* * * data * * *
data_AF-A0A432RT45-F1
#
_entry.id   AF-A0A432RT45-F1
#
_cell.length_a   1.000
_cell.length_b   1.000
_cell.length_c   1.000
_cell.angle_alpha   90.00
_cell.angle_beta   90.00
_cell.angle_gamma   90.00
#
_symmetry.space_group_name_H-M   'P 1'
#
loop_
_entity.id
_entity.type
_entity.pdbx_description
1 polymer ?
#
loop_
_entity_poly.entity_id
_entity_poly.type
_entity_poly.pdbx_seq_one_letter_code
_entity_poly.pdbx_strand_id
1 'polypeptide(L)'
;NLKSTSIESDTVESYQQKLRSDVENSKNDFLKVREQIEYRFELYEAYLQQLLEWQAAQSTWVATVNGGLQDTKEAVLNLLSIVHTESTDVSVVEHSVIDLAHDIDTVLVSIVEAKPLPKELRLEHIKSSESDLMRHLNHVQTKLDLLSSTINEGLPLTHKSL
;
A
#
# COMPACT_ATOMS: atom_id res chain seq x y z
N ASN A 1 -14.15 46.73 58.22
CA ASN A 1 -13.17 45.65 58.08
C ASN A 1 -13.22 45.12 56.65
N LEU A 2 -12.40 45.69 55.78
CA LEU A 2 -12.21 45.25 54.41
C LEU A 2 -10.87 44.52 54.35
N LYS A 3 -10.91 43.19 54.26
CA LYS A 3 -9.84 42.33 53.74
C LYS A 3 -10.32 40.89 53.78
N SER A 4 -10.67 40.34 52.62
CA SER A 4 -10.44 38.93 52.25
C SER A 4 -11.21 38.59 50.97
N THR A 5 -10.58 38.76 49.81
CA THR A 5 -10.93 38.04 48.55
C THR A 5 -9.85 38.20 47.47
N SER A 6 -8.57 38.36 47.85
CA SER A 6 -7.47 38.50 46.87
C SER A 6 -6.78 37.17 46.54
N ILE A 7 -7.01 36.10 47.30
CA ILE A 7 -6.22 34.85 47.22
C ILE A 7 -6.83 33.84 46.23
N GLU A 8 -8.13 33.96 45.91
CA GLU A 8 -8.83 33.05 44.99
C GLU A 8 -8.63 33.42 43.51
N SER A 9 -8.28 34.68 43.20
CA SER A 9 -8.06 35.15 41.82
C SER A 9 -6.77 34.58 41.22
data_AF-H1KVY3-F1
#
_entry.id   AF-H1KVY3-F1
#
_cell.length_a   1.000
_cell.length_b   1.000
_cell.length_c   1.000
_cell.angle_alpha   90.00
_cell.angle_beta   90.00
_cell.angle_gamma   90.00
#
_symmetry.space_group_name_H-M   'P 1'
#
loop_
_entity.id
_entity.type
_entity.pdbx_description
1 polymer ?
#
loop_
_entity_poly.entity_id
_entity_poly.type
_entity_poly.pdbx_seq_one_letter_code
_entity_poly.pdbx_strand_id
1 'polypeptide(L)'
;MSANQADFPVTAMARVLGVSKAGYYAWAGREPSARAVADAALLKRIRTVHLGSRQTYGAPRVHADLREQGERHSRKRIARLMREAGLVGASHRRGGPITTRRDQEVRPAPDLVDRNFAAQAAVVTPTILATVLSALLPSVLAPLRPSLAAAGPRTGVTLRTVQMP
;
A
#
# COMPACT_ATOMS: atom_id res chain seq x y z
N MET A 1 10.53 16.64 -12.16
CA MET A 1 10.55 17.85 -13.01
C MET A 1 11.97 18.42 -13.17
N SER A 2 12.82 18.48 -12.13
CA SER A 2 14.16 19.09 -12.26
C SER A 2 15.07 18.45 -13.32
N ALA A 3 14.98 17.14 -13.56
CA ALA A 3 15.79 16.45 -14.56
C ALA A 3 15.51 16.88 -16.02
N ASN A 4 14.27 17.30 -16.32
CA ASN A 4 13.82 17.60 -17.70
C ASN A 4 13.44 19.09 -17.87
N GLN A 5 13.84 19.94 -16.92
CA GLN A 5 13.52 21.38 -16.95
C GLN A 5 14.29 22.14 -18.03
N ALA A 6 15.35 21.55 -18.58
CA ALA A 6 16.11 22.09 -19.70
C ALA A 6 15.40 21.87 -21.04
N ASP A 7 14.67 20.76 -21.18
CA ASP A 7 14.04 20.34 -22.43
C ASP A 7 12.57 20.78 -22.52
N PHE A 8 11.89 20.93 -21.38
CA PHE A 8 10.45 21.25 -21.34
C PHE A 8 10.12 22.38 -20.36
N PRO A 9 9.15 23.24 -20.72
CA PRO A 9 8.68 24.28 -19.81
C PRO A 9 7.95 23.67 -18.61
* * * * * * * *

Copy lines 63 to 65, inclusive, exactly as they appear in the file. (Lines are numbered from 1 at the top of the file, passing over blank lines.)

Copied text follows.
_cell.length_b   1.000
_cell.length_c   1.000
_cell.angle_alpha   90.00